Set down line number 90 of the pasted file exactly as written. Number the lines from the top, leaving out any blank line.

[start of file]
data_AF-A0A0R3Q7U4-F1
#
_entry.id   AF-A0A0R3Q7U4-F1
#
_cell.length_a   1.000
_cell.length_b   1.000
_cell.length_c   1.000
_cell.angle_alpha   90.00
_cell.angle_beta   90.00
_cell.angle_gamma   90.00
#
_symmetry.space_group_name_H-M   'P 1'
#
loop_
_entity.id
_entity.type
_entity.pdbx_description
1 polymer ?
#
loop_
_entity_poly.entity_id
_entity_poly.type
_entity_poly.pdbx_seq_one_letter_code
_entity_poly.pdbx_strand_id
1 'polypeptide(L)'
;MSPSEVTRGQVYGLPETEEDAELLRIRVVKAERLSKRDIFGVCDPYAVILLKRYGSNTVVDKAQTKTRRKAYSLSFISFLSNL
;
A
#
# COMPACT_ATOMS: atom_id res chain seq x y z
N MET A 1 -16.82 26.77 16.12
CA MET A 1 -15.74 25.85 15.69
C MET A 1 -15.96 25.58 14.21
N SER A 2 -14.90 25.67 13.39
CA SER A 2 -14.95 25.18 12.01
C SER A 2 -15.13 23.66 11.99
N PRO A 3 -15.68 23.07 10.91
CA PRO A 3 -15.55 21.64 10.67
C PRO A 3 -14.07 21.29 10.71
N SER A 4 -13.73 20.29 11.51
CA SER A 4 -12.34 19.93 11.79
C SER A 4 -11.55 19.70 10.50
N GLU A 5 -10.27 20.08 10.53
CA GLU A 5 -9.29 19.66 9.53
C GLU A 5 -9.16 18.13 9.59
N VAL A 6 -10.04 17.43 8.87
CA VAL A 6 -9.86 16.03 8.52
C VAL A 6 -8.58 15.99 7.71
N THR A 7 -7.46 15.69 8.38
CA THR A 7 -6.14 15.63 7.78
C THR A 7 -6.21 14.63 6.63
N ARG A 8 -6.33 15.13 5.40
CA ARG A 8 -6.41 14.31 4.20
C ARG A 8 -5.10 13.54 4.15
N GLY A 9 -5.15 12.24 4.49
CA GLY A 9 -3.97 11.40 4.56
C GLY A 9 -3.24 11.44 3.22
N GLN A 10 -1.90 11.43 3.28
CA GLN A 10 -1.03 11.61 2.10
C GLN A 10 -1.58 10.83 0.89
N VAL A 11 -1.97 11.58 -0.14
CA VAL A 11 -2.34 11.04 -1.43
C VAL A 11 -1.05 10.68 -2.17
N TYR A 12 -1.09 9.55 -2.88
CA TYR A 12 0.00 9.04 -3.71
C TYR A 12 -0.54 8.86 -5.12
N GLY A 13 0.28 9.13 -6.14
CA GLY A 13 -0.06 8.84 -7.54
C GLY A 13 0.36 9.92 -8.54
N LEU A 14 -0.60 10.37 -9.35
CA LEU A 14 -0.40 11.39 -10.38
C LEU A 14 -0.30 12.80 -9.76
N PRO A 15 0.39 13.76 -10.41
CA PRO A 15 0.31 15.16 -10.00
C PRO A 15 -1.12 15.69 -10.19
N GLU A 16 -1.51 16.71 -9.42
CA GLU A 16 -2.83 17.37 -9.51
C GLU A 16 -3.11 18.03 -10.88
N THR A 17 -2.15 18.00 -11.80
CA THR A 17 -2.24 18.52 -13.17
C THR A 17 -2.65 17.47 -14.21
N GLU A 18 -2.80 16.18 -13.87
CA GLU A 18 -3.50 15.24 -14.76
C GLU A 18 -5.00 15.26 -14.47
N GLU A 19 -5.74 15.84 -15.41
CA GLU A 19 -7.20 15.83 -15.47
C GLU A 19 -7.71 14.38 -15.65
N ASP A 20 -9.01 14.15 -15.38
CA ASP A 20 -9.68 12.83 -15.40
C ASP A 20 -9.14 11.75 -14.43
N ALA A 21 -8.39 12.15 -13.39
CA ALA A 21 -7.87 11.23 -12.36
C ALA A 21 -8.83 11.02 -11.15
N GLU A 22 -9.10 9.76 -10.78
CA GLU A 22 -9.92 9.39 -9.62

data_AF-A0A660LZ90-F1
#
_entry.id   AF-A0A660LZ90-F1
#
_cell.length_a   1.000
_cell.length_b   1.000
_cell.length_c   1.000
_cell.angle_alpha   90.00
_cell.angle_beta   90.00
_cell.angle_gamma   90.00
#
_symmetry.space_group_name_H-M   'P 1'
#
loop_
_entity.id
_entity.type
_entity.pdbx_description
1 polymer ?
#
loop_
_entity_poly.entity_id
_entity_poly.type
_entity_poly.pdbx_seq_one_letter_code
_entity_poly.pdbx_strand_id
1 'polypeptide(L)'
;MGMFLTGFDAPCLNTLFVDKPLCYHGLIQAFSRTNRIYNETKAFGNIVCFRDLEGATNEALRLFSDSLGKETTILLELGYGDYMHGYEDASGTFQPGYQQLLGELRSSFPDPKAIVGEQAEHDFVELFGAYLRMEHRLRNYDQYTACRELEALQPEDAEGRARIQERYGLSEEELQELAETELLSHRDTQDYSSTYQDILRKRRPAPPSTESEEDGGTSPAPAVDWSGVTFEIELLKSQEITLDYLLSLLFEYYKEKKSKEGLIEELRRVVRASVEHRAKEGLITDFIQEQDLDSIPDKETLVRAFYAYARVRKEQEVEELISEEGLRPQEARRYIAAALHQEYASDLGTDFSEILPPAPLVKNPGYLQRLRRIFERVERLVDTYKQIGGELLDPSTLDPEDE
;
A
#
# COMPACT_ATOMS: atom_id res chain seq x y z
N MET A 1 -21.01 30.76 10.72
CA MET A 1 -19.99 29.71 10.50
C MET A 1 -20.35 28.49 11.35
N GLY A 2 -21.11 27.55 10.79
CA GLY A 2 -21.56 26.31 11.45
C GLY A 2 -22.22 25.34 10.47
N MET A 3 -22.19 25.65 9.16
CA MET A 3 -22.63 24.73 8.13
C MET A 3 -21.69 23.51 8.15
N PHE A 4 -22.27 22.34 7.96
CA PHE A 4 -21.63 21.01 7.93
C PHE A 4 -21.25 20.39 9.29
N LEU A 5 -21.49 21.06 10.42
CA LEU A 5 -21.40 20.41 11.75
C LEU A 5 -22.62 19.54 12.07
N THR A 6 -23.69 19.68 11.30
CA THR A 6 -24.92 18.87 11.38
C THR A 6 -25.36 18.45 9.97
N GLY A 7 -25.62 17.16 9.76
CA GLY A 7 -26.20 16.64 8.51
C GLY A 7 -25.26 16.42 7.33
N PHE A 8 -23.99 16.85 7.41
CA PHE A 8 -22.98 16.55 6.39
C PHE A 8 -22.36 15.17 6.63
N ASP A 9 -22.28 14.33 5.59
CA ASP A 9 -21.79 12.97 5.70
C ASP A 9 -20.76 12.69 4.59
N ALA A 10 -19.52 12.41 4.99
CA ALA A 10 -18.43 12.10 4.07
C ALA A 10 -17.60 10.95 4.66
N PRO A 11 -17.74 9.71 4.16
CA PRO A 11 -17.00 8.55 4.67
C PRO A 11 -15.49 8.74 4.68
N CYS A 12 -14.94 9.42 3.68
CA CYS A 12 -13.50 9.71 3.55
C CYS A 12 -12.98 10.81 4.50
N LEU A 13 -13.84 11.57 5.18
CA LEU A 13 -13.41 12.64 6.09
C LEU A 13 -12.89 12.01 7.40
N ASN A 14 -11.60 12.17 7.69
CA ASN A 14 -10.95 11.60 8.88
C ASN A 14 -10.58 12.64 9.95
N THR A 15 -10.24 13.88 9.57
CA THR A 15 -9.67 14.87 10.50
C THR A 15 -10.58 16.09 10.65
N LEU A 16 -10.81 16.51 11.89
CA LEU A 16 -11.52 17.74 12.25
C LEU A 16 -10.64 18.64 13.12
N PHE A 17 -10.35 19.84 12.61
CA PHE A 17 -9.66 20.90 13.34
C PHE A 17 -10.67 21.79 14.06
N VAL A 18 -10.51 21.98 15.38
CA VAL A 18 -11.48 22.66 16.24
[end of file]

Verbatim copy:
C ASP A 20 -9.14 11.75 -14.43